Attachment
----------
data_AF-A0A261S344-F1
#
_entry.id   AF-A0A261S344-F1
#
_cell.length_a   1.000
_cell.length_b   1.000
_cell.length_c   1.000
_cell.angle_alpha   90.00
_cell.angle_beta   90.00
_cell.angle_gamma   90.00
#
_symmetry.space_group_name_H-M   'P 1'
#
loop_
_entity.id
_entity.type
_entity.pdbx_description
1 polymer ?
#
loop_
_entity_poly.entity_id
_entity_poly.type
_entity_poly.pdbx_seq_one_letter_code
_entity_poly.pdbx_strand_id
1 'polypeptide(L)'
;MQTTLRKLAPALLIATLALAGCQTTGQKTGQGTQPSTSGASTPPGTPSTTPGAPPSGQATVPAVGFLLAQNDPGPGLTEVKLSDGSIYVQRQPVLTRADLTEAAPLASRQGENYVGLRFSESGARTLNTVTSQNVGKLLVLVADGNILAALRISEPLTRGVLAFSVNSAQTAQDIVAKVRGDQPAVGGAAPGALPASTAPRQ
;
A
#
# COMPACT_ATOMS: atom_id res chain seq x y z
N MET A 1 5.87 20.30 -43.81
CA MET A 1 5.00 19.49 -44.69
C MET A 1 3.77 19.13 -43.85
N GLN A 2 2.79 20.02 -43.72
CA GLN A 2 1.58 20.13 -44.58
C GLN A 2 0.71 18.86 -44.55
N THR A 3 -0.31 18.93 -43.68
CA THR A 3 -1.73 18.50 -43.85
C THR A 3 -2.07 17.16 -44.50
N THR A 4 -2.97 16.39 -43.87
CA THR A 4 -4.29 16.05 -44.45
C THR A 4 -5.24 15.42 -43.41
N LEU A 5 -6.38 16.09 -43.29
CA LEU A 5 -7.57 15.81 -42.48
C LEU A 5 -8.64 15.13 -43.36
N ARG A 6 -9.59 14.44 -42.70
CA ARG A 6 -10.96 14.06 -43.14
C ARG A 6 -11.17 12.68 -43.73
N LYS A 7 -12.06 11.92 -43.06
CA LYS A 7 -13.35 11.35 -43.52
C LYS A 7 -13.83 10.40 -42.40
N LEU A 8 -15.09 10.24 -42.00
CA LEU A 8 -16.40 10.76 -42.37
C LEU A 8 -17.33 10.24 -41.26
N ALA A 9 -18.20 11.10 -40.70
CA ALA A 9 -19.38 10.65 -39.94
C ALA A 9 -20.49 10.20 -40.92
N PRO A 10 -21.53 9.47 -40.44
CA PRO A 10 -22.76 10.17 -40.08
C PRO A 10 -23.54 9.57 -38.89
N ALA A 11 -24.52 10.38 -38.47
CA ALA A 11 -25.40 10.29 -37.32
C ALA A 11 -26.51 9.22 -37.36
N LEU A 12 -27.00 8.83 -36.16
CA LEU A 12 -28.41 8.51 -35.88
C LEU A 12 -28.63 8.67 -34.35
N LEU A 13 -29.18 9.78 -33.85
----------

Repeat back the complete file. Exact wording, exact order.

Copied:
data_AF-A0A261S344-F1
#
_entry.id   AF-A0A261S344-F1
#
_cell.length_a   1.000
_cell.length_b   1.000
_cell.length_c   1.000
_cell.angle_alpha   90.00
_cell.angle_beta   90.00
_cell.angle_gamma   90.00
#
_symmetry.space_group_name_H-M   'P 1'
#
loop_
_entity.id
_entity.type
_entity.pdbx_description
1 polymer ?
#
loop_
_entity_poly.entity_id
_entity_poly.type
_entity_poly.pdbx_seq_one_letter_code
_entity_poly.pdbx_strand_id
1 'polypeptide(L)'
;MQTTLRKLAPALLIATLALAGCQTTGQKTGQGTQPSTSGASTPPGTPSTTPGAPPSGQATVPAVGFLLAQNDPGPGLTEVKLSDGSIYVQRQPVLTRADLTEAAPLASRQGENYVGLRFSESGARTLNTVTSQNVGKLLVLVADGNILAALRISEPLTRGVLAFSVNSAQTAQDIVAKVRGDQPAVGGAAPGALPASTAPRQ
;
A
#
# COMPACT_ATOMS: atom_id res chain seq x y z
N MET A 1 5.87 20.30 -43.81
CA MET A 1 5.00 19.49 -44.69
C MET A 1 3.77 19.13 -43.85
N GLN A 2 2.79 20.02 -43.72
CA GLN A 2 1.58 20.13 -44.58
C GLN A 2 0.71 18.86 -44.55
N THR A 3 -0.31 18.93 -43.68
CA THR A 3 -1.73 18.50 -43.85
C THR A 3 -2.07 17.16 -44.50
N THR A 4 -2.97 16.39 -43.87
CA THR A 4 -4.29 16.05 -44.45
C THR A 4 -5.24 15.42 -43.41
N LEU A 5 -6.38 16.09 -43.29
CA LEU A 5 -7.57 15.81 -42.48
C LEU A 5 -8.64 15.13 -43.36
N ARG A 6 -9.59 14.44 -42.70
CA ARG A 6 -10.96 14.06 -43.14
C ARG A 6 -11.17 12.68 -43.73
N LYS A 7 -12.06 11.92 -43.06
CA LYS A 7 -13.35 11.35 -43.52
C LYS A 7 -13.83 10.40 -42.40
N LEU A 8 -15.09 10.24 -42.00
CA LEU A 8 -16.40 10.76 -42.37
C LEU A 8 -17.33 10.24 -41.26
N ALA A 9 -18.20 11.10 -40.70
CA ALA A 9 -19.38 10.65 -39.94
C ALA A 9 -20.49 10.20 -40.92
N PRO A 10 -21.53 9.47 -40.44
CA PRO A 10 -22.76 10.17 -40.08
C PRO A 10 -23.54 9.57 -38.89
N ALA A 11 -24.52 10.38 -38.47
CA ALA A 11 -25.40 10.29 -37.32
C ALA A 11 -26.51 9.22 -37.36
N LEU A 12 -27.00 8.83 -36.16
CA LEU A 12 -28.41 8.51 -35.88
C LEU A 12 -28.63 8.67 -34.35
N LEU A 13 -29.18 9.78 -33.85